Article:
Posted: Aug. 12, 2011


By Celia Cohen
Grapevine Political Writer

Televisions all over the place were tuned Thursday evening to watch some aggressive confrontations, get an early look at various unfamiliar players and gauge who had the best prospects for going all the way.

No, no, no, not the Philadelphia Eagles and Baltimore Ravens pre-season football game. The Republican presidential primary debate at Iowa State University.

Oh. There was a debate?

Even Bret Baier, the Fox News moderator, seemed to have his mind more on the gridiron than Washington gridlock as he led off the broadcast by misspeaking, "These folks in the stadium, in the studio, are fired up."

The debate had its moments. All the Republican candidates not named Mitt Romney tried to break out of the rest of the pack before Rick Perry is supposed to show up, Texas bigfoot-style. Romney took after Barack Obama, Tim Pawlenty took after fellow Minnesotan Michele Bachmann, and Newt Gingrich took after the press.

"Spirited, lively, interesting," said John Sigler, the Republican state chair.

"I was interested in seeing Gingrich breathe some life back into his campaign. I thought Michele Bachmann handled Tim Pawlenty pretty well. Romney handled himself really well. If there was an elephant in the room but not behind a podium, it was Rick Perry."

It looks like it was intriguing enough for the Delaware Republicans to think about hosting one of these debates themselves.

Delaware may be losing an early presidential primary date this time around, but it could be gaining an early Republican presidential debate, instead.

No one is saying anything officially, because the arrangements are still in the planning stages, but the state Republicans are working with the University of Delaware to bring a debate, approved by the national Republican Party, to the Newark campus.

It would probably be scheduled the last week in November and most likely broadcast on CNN, in advance of the crucial opening rounds of the Iowa caucuses and the New Hampshire primary.

The dates of the voting in Iowa and New Hampshire are not set yet, as other states are still jockeying for a place toward the front of the line. The two early states could go as soon as December or as late as February, according to an analysis by Frontloading HQ, a Web site that tracks the primary calendar.

The university, of course, was the site last year of a Senate debate between Chris Coons and Christine O'Donnell, also shown on CNN.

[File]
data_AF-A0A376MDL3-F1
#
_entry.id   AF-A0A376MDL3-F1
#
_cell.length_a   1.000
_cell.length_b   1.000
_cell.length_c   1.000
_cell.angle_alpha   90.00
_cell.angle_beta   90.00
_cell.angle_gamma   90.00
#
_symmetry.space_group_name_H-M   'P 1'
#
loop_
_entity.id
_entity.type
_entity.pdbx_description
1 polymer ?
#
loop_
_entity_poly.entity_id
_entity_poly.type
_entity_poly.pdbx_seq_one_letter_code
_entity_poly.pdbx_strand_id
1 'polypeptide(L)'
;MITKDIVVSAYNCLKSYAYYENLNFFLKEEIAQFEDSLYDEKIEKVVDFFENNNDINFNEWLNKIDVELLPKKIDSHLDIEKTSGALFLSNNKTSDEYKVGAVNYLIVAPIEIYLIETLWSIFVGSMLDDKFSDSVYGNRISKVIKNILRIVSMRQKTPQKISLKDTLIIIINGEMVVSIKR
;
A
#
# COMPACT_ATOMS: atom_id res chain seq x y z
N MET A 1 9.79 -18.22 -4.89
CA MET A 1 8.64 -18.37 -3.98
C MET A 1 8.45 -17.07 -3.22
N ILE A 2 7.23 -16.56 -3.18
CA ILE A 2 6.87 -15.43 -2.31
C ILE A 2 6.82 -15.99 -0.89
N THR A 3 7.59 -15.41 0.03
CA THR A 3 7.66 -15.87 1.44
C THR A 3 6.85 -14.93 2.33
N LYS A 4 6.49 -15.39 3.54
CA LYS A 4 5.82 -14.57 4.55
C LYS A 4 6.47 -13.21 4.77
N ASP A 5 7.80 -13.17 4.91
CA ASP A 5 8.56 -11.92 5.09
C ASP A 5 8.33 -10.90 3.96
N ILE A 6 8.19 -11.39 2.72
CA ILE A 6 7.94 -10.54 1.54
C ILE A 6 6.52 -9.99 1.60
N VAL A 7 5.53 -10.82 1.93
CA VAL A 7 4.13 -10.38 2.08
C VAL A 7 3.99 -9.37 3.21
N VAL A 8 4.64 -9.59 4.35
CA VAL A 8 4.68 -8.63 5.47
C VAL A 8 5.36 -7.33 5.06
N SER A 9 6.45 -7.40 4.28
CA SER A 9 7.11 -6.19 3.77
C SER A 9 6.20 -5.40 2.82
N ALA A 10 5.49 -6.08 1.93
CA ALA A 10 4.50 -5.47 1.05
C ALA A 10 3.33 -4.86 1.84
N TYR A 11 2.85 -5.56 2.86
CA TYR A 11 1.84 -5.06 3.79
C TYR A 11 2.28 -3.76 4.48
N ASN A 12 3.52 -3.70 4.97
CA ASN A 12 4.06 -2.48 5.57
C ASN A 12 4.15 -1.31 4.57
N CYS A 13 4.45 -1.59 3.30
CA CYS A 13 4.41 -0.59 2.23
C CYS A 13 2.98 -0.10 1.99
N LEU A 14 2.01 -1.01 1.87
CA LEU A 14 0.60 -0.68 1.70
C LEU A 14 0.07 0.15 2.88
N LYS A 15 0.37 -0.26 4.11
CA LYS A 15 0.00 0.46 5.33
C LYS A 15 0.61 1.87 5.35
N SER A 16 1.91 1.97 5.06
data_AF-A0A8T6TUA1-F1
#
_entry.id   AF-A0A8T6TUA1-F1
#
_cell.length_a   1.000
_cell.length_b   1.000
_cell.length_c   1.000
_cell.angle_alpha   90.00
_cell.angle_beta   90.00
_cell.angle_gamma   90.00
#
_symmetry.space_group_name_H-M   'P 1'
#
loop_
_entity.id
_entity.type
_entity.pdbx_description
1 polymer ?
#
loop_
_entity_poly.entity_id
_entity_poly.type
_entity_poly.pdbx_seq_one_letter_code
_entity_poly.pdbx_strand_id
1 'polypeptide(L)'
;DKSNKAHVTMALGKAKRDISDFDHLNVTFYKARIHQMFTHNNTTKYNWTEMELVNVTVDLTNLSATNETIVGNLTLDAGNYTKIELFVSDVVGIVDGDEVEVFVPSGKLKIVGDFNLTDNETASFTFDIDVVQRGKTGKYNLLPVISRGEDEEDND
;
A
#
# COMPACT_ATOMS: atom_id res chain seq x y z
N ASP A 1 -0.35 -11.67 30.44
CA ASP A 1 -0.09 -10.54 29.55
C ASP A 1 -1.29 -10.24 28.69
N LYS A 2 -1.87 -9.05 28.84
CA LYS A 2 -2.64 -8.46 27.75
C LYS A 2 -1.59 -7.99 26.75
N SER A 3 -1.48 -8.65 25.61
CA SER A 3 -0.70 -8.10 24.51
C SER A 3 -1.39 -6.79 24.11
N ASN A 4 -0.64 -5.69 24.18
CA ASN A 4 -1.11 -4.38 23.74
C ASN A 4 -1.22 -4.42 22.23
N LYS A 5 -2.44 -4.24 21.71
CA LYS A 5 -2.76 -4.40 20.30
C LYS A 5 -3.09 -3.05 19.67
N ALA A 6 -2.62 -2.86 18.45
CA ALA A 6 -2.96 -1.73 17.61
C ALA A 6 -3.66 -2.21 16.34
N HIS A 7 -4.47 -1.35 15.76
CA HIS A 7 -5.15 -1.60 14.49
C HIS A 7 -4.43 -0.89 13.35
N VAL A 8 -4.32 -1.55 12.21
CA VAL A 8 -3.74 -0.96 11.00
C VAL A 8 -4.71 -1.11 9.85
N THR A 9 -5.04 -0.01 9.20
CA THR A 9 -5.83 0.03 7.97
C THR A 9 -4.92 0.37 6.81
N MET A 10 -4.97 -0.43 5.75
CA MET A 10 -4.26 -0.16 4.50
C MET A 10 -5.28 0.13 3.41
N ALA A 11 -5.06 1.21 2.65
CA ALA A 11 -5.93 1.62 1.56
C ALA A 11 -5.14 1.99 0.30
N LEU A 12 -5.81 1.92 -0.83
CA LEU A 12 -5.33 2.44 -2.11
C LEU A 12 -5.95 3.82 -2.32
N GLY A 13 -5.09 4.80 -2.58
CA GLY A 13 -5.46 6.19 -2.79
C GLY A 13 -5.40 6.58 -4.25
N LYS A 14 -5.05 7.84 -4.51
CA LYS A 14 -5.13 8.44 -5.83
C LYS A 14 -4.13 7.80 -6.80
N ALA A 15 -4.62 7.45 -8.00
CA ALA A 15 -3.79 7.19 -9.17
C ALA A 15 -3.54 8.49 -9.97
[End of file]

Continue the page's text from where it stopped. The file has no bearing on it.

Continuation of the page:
A presidential primary debate would be a coup for the state Republicans, still trying to find their way back to political relevancy after their disastrous 2010 campaign season, touched off by O'Donnell's madcap candidacy.

The release of O'Donnell's book next week is unlikely to do it.

Not to mention a presidential primary debate could be the most attention Delaware as a whole gets in the primary season. After four floundering attempts since 1996 to crack into the early lineup, the state gave up. With the consent of both parties, the legislature passed a bill moving back the voting, and Jack Markell, the Democratic governor, signed it into law on July 27.

The new date for Delaware's primary is the fourth Tuesday in April, on the 24th, the same day as Pennsylvania, New York, Connecticut and Rhode Island. Not only does it create something of a Northeast Primary Day, but the Delaware Democrats will be awarded bonus delegates by their national party for not crowding the front of the calendar.

"I think this was a shrewd move for Delaware," said Josh Putnam, a political scientist who runs Frontloading HQ as a visiting professor at Davidson College in North Carolina.

"Given both its size and history, or lack thereof, as a consequential presidential primary state, it will always be difficult for the First State to gain the candidates' or media's attention. At least common regional issues will be discussed if the Republican nomination race stretches into late April."

The state could do worse for presidential allure. It will never have Paris, New Hampshire, but Delaware will always have the vice president.